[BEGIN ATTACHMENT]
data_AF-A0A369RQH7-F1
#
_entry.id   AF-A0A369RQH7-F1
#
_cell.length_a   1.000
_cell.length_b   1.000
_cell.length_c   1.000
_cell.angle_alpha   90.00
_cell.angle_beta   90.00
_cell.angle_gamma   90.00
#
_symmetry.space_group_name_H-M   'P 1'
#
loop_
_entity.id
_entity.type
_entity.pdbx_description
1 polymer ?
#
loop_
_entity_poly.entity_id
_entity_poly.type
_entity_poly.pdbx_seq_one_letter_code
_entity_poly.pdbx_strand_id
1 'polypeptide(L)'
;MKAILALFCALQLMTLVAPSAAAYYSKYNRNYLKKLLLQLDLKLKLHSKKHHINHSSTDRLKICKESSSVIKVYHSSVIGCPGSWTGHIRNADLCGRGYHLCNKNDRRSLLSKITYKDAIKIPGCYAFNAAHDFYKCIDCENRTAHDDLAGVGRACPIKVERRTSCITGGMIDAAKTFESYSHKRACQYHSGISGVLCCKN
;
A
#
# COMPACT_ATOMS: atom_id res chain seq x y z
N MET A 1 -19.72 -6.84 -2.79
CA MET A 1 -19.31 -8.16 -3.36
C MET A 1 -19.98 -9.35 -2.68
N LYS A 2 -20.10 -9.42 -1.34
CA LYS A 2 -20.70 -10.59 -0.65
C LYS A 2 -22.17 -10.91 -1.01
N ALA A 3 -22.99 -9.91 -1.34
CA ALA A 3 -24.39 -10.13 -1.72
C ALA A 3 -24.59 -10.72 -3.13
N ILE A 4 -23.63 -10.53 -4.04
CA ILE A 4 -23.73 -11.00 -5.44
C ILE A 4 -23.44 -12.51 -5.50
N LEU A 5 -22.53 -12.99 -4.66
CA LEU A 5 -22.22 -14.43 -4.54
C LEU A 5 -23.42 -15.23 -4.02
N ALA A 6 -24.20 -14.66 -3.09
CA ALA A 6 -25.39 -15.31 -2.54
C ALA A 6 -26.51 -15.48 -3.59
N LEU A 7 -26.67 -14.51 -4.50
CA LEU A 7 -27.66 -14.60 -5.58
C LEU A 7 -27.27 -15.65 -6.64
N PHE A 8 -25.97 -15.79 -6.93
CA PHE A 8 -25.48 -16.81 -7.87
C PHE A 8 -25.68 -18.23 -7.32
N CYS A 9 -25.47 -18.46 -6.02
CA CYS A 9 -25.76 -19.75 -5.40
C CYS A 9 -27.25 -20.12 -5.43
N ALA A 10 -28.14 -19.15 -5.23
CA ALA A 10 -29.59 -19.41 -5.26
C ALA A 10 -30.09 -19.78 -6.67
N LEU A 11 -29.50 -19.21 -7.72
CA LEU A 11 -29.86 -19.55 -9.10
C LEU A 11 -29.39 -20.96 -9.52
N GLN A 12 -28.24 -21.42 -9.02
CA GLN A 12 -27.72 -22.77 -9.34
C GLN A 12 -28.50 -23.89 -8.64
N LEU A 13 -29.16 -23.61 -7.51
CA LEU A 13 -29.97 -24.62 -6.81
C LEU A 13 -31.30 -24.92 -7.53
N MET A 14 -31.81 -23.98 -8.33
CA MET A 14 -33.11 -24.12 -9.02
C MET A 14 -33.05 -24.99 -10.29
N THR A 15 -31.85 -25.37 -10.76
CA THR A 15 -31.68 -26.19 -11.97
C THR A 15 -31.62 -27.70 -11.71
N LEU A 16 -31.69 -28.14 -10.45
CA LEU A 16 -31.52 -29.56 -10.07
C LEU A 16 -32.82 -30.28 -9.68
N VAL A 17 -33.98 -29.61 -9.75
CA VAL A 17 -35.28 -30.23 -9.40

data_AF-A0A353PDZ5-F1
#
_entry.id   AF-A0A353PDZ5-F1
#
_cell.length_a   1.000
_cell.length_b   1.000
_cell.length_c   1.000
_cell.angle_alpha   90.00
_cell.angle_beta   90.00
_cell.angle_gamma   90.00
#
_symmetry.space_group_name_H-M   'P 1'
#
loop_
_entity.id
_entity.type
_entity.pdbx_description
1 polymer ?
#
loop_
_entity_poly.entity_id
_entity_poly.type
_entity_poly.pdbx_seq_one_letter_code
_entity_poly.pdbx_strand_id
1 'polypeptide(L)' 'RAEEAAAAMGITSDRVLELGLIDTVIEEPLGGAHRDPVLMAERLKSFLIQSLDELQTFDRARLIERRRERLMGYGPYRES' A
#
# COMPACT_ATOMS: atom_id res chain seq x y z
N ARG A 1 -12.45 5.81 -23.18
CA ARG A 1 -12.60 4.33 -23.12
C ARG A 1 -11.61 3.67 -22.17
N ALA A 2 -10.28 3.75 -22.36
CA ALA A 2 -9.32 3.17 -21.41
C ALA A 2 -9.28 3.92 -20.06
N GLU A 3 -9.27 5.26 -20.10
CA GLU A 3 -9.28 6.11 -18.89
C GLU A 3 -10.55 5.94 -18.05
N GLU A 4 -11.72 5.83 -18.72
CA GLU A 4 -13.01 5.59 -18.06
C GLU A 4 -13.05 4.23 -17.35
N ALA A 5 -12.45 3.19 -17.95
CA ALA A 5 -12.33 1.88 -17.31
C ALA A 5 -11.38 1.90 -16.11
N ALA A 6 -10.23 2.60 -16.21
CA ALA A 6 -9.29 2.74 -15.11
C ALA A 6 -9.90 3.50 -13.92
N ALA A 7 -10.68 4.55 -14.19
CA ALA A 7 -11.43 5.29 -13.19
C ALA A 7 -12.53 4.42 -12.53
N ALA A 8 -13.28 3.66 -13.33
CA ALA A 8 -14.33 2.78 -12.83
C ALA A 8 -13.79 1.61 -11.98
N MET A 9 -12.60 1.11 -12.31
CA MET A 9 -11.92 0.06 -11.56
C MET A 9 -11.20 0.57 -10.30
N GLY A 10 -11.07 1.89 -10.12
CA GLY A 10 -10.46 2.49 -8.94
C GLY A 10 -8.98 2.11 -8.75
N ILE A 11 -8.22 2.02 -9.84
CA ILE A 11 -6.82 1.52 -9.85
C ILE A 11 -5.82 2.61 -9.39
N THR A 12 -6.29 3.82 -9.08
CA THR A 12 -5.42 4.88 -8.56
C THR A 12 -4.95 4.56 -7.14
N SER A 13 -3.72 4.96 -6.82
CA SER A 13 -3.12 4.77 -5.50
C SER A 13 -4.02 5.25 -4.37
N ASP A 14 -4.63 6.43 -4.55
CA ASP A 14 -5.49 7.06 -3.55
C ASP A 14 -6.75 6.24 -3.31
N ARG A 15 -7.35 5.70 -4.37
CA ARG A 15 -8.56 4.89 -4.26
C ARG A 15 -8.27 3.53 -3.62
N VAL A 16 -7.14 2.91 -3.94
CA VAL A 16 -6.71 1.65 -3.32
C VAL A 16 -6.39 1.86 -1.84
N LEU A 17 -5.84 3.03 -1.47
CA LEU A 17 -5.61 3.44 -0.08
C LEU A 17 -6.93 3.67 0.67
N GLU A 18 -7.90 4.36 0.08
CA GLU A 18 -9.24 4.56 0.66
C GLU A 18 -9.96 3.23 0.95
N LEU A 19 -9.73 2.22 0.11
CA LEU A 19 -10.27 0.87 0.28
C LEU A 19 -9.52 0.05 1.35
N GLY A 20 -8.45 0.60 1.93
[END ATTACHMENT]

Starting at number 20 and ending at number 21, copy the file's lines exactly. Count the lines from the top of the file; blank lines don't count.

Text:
loop_
_entity_poly.entity_id